Teaching sociology - reflections on the discipline

Kirsten Harley, Kristin Natalier

Research output: Contribution to journalEditorial

3 Citations (Scopus)

Abstract

The 1963 birth of The Australian Sociological Association (TASA, initially the Sociological Association of Australia and New Zealand) came at a time when sociology teaching in Australia was starting to gather pace, but could still best be described as patchy. Contemporary reports demonstrated that sociology teaching existed largely ‘in camouflaged form’ in a variety of other departmental guises (Encel, 2005 [2003]: 46). This had been the case for the nearly six decades since the first, but short-lived, course with a sociological moniker was taught at an Australian university. Francis Anderson’s 1907 ‘Elements of Sociology’, offered to undergraduate philosophy students at the University of Sydney,1 invited a Comtean exploration of sociology’s position ‘in a classification of the sciences’, the state of sociological theory, social and family evolution, and the ‘problem of the succession and causal relation of different social phenomena – economic, juridical, political, moral, religious and aesthetic’ (University of Sydney, 1907: 127).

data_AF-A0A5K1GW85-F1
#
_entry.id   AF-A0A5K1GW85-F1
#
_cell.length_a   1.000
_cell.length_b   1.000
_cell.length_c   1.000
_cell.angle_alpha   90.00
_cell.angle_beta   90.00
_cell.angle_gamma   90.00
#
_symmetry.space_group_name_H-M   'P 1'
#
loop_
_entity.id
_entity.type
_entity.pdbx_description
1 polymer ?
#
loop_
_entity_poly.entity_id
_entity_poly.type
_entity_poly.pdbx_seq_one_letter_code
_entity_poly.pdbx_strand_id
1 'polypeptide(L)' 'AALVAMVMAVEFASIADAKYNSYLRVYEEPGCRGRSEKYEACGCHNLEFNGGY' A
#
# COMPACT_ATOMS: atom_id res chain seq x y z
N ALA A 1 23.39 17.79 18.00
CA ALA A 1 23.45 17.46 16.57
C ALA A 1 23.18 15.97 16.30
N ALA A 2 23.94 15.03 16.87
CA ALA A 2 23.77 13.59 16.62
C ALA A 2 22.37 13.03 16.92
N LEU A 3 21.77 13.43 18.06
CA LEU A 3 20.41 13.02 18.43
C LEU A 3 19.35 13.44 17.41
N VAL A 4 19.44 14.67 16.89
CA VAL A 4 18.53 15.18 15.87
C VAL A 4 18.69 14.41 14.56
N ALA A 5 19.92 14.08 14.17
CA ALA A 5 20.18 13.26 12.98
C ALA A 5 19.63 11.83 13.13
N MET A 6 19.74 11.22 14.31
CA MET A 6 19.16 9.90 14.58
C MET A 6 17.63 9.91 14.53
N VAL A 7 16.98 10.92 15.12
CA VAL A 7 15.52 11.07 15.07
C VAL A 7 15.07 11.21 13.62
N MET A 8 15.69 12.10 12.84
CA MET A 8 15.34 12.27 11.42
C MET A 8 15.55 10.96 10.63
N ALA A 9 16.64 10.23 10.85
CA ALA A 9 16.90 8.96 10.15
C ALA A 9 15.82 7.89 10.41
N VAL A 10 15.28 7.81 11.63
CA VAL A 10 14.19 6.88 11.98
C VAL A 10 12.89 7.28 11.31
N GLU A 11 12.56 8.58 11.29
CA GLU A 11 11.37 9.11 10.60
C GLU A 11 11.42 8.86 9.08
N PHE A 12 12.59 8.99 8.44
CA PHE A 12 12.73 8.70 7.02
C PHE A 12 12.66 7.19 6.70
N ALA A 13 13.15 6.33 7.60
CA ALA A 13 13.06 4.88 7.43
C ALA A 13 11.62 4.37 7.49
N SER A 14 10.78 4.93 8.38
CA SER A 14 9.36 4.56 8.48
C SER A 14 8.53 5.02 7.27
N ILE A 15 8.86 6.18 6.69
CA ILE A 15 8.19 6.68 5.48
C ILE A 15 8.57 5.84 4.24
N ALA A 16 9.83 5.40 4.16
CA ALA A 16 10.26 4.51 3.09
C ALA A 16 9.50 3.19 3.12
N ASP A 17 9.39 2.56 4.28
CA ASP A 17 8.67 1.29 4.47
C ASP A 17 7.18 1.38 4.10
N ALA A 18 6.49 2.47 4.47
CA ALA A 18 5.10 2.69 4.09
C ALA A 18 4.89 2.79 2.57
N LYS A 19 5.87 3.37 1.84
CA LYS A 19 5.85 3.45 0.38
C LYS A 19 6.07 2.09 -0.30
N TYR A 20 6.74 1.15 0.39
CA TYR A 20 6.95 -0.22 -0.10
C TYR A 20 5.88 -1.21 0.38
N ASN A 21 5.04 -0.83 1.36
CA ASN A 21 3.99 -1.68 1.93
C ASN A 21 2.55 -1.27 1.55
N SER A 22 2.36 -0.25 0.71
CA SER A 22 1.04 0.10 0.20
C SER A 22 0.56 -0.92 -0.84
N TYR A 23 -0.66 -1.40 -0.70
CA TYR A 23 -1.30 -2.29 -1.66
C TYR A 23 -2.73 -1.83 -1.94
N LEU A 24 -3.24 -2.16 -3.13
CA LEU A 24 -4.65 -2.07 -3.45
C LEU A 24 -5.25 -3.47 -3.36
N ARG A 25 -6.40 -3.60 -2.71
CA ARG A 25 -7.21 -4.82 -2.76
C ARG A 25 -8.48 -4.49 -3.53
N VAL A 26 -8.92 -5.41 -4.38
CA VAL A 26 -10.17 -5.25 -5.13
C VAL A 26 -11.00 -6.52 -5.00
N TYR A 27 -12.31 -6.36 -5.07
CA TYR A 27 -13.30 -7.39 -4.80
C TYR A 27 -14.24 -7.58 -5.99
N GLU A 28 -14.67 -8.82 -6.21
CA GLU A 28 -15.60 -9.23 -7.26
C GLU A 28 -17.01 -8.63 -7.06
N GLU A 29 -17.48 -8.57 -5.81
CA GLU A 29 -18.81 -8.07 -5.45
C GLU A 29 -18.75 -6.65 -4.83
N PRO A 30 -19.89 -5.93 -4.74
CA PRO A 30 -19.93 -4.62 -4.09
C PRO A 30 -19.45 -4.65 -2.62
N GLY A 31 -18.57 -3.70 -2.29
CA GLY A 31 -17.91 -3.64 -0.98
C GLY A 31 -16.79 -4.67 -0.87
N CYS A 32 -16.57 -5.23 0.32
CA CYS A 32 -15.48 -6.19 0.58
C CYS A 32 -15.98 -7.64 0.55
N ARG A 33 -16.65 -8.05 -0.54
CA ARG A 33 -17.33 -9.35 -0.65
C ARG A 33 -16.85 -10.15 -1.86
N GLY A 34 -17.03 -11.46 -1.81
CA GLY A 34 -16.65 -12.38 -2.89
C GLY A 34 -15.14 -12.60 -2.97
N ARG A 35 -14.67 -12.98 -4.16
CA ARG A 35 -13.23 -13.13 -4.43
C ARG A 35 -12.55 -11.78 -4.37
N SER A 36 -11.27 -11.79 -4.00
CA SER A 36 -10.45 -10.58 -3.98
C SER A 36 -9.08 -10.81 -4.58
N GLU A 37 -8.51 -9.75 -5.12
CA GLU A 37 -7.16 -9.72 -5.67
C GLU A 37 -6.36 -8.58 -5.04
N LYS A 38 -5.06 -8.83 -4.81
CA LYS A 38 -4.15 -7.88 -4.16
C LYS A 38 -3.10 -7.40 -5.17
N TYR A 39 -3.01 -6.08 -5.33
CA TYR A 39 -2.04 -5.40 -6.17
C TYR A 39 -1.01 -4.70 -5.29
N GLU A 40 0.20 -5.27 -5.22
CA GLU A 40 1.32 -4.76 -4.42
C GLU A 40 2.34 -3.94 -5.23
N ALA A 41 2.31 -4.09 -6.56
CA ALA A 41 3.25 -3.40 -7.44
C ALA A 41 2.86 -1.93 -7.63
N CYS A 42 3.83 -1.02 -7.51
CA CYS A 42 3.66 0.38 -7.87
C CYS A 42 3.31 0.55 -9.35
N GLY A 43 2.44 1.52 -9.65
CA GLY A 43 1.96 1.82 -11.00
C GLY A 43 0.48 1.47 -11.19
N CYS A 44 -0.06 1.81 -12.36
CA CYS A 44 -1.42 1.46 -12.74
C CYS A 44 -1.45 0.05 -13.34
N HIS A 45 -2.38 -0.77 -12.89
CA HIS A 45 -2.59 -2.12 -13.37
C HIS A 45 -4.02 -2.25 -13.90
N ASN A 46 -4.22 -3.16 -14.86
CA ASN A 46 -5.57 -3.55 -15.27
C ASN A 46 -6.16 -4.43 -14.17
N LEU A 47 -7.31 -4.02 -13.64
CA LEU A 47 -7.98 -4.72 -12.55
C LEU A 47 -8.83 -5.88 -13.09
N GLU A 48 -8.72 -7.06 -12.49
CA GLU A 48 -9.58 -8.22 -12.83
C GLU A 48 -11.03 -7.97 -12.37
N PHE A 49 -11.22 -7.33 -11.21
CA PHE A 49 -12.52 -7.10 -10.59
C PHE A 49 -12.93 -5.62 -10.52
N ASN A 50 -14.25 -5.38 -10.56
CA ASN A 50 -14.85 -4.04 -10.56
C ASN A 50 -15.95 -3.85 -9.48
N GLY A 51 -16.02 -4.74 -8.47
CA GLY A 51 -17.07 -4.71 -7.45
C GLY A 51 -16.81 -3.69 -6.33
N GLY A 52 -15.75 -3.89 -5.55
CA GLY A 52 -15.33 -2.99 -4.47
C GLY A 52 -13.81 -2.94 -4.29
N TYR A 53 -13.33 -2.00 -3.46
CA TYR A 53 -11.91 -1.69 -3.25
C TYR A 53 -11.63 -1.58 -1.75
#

Original languageEnglish
Pages (from-to)389-396
Number of pages8
JournalJournal of Sociology
Volume49
Issue number4
DOIs
Publication statusPublished - Dec 2013
Externally publishedYes

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